Daily Devotions for Die-Hard Fans: LSU Tigers

LSU Tigers
LSU Tigers
Item# LSU
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Product Description

Daily Devotions for Die-Hard Fans: LSU Tigers combines the great passion of the Tiger fan with the great passion of the fan of Christ into one set of devotions, one book that is fun while providing a time of reflection about God.

• The scoreboard had already rung up a Kentucky win -- when the Tigers pulled off the Bluegrass Miracle.

• Dale Brown thought he was a soldier, but he was only 13, and the chance meeting changed LSU basketball history.

• Upset Mike the Tiger was being transported to New Orleans, students responded by locking campus leaders in a cage.

• Cholly Mac McClendon wanted only two jobs in his life -- and they both were offered to him the same day.

• The greatest play in LSU football history was a mistake.

These stories and more are recounted here. Also appearing are Leonard Fournette, Pete Maravich, Jacob Hester, Les Miles, Glenn Dorsey, Shaquille O’Neal, Bob Pettit, and many others. Their stories – along with legendary games, improbable victories, and historical events – are told with a twist: They are all tied to God’s story.

Have fun! Have faith!

Geaux Tigers! Geaux God!


Read a LSU Tigers Excerpt

Read Leviticus 18:1-5.

“You must obey my laws and be careful to follow my decrees. I am the Lord your God” (v. 4).

The heart and soul of the offense of the 2007 national championship team was a throwback, an old-fashioned kind of football player who was named for a John Wayne character and who emerged like some ghost from the 1950s.

As Sports Illustrated put it, “Contemporary football players don’t come much more retro than [Jacob] Hester, a married, hard-nosed runner.” Among LSU fans who know something of the program’s storied history, Hester was most often compared to All-American iron man Jim Taylor, a fullback and linebacker of the 1950s. Unlike Taylor, Hester didn’t get the chance to play both ways, but he came mighty close. During the 2007 season, he showed up on kickoff coverage, punt coverage, punt return, and extra point and field goal teams. He also started at fullback, leading the national champions in rushing attempts, yards, and touchdowns while never fumbling once the entire season.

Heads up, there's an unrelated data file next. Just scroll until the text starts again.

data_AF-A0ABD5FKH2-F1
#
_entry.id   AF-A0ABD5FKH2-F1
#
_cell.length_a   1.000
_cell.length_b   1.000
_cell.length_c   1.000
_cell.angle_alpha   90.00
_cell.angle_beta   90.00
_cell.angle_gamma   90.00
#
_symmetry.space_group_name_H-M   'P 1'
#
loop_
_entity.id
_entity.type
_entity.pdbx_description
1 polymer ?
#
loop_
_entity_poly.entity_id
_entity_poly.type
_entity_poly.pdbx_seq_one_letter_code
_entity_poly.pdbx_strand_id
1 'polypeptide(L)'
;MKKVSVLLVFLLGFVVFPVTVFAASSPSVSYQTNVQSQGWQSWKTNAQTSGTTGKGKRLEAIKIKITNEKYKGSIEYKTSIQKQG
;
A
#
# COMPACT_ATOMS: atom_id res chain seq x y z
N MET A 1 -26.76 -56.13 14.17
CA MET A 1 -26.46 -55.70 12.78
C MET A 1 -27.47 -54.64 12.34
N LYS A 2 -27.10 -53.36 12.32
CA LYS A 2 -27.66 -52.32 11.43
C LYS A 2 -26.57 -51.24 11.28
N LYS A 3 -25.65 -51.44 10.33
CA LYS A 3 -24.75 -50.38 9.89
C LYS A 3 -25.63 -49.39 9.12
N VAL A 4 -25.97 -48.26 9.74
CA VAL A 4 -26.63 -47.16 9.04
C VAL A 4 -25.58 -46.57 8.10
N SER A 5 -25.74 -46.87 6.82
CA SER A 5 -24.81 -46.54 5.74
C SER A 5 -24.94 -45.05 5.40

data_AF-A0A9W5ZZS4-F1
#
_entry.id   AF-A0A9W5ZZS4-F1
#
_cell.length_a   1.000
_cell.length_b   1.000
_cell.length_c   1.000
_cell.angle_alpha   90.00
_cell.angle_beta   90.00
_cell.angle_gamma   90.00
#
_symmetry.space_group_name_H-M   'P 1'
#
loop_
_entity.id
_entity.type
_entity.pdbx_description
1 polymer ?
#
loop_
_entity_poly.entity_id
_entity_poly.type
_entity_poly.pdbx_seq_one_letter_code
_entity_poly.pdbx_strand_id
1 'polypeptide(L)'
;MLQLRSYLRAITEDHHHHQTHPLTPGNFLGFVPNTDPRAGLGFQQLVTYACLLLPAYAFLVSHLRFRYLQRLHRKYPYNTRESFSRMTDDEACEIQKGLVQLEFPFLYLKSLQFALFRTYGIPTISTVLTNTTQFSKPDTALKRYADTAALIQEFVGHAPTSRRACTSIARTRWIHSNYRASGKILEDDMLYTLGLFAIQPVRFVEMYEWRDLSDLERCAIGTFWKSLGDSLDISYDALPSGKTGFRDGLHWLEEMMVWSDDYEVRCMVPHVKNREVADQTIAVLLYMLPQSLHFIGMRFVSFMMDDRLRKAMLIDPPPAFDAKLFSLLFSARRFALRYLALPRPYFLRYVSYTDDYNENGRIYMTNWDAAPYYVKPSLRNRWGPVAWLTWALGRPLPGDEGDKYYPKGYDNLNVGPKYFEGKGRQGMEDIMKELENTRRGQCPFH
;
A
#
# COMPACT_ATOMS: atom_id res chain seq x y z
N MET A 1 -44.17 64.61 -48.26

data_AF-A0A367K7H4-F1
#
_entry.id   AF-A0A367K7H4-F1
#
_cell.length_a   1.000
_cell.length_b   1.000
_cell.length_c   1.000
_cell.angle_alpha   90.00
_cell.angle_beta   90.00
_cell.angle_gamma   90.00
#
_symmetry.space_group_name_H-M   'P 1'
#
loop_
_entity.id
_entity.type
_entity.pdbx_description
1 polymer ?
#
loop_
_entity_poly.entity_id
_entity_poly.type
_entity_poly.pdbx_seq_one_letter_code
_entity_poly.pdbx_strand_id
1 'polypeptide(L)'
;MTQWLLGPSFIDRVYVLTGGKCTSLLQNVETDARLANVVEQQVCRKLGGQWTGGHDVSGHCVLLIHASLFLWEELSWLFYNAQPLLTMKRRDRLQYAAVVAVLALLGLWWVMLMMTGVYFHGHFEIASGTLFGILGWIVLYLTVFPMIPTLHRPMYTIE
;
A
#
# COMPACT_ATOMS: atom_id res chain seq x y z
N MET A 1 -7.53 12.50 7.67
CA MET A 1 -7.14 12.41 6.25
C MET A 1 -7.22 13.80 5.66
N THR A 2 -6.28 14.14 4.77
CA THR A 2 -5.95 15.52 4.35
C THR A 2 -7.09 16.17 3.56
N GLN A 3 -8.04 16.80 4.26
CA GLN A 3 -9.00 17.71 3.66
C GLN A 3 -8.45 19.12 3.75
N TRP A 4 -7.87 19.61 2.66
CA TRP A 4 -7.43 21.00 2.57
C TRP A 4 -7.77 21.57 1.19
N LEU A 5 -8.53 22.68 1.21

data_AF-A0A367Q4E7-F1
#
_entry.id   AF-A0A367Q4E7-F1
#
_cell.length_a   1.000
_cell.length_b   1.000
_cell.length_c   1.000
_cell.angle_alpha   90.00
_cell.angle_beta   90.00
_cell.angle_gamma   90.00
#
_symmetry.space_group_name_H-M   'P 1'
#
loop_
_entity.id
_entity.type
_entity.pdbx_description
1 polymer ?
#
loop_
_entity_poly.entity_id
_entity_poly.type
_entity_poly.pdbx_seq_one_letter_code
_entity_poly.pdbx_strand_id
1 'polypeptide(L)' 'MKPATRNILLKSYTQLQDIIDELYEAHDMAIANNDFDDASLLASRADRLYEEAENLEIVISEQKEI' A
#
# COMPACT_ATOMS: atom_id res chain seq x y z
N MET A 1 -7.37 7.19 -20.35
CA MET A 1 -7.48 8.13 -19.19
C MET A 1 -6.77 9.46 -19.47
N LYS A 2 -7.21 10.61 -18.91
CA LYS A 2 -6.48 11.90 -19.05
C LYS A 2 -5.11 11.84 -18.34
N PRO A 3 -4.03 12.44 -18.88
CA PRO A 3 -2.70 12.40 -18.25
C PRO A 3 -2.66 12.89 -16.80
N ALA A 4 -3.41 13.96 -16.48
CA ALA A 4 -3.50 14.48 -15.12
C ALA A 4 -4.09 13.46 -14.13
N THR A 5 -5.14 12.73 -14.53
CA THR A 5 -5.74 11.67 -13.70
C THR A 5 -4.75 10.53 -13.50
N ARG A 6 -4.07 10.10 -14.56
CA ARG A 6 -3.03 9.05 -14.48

SI described Hester, who was named for the lead character in Big Jake, as “the consummate throwback player,” one who preferred to get his yards the hard way, by pounding inside and going through tacklers rather than around them. “I guess I am a little bit of an oddball,” Hester said about the way he played the game. “It’s an honor being called an old-school player.”

Hester’s style wasn’t all that was throwback about him; so was his appearance. He was a rarity in today’s game: a white running back who was a great team’s dominant rusher. Against Tennessee in 2006, Hester took off his headgear during a timeout, and a surprised Volunteer linebacker asked, “Shouldn’t you be playing running back for Air Force?”

When LSU head coach Les Miles, sportswriters, and fans alike described Jacob Hester as “old-fashioned,” they paid him a compliment. Usually, though, to refer to some person, some idea, or some institution as old-fashioned is to deliver a full-fledged insult. They’re out of step with the times and the mores, hopelessly out of date, totally irrelevant, and quite useless.

For the people of God, however, ”old-fashioned” is exactly the lifestyle we should pursue. The throwbacks are the ones who value honor, dignity, sacrifice, and steadfastness, who can be counted on to tell the truth and to do what they say. Old-fashioned folks shape their lives according to eternal values and truths, the ones handed down by almighty God.

These ancient laws and decrees are still relevant to contemporary life because they direct us to a lifestyle of holiness and righteousness that serves us well every single day. Such a way of living allows us to escape the ultimately hopeless life to which so many have doomed themselves in the name of being modern.

I guess I was born a little too late.-- Jacob Hester

The ancient lifestyle God calls us to still directs us to a life of contentment, peace, and joy, which never grows old-fashioned.

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